McLemore House December 21

Renovation and repairs to the McLemore House Museum in the Hard Bargain neighborhood have been completed, and the African American Heritage Society of Williamson County will open the historic home to the public Saturday from 10 a.m. to 2 p.m.

Work began on the museum in early April this year, and Saturday’s visitors can tour and see firsthand the improvements that have been made. Reenactors will give the tours and tell the story, giving guests the opportunity to learn about its history and the man who built the original home in 1880. 

Formerly enslaved Harvey McLemore fulfilled his dream of homeownership for his family after he became a free man. Despite the challenges that Harvey would have faced during that time period, he persevered and built an enduring home that was occupied by his descendants for 117 years. 

Visitors can also hear from Mag Matthews, a descendant of Harvey, who had her beauty shop business in the front foyer of the home. Saturday’s event is just for one day, as regular hours for the museum will resume in the spring. 

The home was first renovated and opened as a museum in 2002. Before then, in the preservation arena, African American places and spaces like Harvey’s home were primarily considered insignificant to history. Thanks to a group of concerned citizens, both black and white, with support from the community, the McLemore House was preserved and Harvey’s story, one that truly has its place in American history, continues to be told.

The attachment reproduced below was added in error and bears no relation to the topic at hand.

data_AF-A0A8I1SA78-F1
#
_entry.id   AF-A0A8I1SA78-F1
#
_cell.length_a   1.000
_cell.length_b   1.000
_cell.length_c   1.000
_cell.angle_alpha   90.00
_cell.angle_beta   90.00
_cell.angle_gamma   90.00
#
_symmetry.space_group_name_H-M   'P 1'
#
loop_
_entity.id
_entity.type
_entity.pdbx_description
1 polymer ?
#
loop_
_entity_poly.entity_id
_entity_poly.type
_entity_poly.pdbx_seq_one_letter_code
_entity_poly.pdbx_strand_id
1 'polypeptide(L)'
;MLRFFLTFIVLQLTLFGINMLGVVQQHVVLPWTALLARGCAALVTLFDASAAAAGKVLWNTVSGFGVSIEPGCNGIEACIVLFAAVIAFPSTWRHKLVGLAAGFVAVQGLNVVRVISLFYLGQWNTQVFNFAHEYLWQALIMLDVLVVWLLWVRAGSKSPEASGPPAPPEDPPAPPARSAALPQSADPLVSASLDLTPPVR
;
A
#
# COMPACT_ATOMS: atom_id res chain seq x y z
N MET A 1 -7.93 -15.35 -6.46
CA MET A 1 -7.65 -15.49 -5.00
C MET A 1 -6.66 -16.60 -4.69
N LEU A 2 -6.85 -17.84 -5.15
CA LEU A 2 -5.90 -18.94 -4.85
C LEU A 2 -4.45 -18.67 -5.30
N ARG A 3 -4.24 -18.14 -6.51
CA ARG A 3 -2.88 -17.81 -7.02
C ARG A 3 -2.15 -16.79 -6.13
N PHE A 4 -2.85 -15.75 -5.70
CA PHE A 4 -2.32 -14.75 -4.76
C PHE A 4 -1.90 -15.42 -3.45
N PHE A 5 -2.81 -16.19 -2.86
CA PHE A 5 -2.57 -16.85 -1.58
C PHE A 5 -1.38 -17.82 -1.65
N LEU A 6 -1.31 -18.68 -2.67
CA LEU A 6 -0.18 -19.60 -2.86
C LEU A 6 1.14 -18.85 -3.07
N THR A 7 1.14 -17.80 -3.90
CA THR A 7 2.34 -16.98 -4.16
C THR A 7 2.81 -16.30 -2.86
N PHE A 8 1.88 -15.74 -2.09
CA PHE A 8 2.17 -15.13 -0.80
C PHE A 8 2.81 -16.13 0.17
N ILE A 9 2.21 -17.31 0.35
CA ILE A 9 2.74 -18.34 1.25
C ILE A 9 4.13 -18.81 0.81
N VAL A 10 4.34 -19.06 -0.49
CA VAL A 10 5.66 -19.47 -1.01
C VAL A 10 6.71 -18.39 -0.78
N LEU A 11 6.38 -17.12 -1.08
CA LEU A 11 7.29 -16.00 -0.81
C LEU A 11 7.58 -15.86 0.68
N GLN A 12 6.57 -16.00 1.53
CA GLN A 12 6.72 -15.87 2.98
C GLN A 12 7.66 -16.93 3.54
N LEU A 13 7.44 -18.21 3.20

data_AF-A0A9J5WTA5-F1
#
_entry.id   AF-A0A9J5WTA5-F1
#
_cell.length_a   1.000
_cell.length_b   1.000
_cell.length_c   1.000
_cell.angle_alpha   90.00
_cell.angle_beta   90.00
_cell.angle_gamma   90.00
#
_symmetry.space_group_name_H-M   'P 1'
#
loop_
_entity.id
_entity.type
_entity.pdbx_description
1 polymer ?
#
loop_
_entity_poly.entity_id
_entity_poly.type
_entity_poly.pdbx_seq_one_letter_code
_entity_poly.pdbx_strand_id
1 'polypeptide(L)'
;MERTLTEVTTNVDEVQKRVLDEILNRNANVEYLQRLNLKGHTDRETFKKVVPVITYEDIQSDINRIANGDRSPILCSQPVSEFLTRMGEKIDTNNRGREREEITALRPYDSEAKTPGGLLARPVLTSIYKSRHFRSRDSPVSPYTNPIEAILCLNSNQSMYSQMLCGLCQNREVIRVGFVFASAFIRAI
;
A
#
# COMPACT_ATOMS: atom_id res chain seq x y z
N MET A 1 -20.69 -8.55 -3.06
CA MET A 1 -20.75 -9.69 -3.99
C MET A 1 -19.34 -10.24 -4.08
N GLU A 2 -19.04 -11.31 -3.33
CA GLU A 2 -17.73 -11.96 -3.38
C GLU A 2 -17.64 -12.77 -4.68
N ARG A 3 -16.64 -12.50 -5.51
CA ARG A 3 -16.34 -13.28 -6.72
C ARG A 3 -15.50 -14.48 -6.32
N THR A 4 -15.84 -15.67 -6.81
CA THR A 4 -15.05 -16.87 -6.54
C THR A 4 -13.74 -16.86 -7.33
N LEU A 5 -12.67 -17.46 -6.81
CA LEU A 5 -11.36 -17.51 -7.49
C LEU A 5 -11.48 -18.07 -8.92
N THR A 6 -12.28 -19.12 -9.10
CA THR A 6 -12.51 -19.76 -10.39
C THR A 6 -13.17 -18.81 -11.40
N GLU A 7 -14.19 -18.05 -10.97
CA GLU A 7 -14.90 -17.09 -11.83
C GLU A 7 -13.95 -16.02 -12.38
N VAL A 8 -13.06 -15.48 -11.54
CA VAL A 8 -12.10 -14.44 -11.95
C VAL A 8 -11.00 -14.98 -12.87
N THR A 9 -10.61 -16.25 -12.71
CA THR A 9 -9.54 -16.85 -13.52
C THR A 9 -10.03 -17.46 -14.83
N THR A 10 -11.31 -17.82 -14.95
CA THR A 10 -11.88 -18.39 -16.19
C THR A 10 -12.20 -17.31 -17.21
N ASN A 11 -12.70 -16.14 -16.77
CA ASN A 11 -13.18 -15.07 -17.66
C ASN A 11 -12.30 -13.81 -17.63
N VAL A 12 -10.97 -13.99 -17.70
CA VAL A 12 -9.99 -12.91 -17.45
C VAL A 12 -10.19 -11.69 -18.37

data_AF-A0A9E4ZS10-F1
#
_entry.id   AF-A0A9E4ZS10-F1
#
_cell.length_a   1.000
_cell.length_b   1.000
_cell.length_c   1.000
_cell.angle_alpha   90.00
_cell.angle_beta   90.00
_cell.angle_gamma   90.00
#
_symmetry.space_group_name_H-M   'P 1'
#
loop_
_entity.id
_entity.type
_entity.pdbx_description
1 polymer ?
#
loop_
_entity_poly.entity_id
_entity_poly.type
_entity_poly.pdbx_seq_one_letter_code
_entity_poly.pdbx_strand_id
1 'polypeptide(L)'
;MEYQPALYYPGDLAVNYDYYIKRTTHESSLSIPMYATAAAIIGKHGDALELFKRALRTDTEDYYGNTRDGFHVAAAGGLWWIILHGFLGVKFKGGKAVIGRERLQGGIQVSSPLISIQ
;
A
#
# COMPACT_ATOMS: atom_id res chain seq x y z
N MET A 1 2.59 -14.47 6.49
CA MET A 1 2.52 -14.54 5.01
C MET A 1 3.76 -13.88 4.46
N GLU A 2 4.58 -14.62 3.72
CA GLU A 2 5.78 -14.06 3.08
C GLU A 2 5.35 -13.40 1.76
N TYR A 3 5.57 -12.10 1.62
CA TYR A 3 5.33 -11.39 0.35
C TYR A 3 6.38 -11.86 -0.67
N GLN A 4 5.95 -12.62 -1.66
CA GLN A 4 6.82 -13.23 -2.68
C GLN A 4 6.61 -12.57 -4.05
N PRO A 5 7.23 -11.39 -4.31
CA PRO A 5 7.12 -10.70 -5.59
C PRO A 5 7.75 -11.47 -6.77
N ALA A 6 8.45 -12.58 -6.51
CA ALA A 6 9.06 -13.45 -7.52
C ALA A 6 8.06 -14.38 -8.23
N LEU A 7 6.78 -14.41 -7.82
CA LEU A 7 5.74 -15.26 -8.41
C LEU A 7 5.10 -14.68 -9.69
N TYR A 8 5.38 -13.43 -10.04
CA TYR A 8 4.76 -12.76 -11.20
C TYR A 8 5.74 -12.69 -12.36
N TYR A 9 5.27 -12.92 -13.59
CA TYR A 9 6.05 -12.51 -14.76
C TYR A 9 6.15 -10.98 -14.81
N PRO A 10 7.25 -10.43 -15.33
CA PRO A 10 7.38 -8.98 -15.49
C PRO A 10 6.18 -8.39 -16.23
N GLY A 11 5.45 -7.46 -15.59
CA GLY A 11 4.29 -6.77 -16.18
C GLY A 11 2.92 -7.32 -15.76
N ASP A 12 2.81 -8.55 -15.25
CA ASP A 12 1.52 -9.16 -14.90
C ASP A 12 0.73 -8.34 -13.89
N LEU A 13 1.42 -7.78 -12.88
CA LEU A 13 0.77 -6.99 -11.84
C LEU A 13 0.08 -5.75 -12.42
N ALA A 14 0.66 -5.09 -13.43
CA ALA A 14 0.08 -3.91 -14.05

The museum has welcomed many visitors over the years, and almost 20 years after the first renovation, many repairs were needed to restore the home back to its original splendor and prominence in order to ensure preservation for present and future generations. The Tennessee Historic Commission provided for a $50,000 grant, and major donations from Ford Classic Homes, Chuck & Jo Ellen McDowell, Barlow Builders and others in the community helped in funding and working on this project. 

McLemore House old

McLemore House before 2002 renovation

“That work has now been completed,” AAHS President Alma McLemore said in a press release, “and the African American Heritage Society is ready to resume sharing important truths of Harvey, a great family man with a compelling story of life after slavery and his home, which is the only remaining residential home in Franklin built by a formerly enslaved person. 

“Harvey’s home and others all across America reflect the true diversity of America and the continued need to tell the true story of our nation and its rich history and the roles African Americans and other cultures played in that history." 

Museum cost is $10 for adults and $5 for students and children 12 and under. Light refreshments will be available to guests. For tickets and more information about the African American Heritage Society and to donate to the museum, visit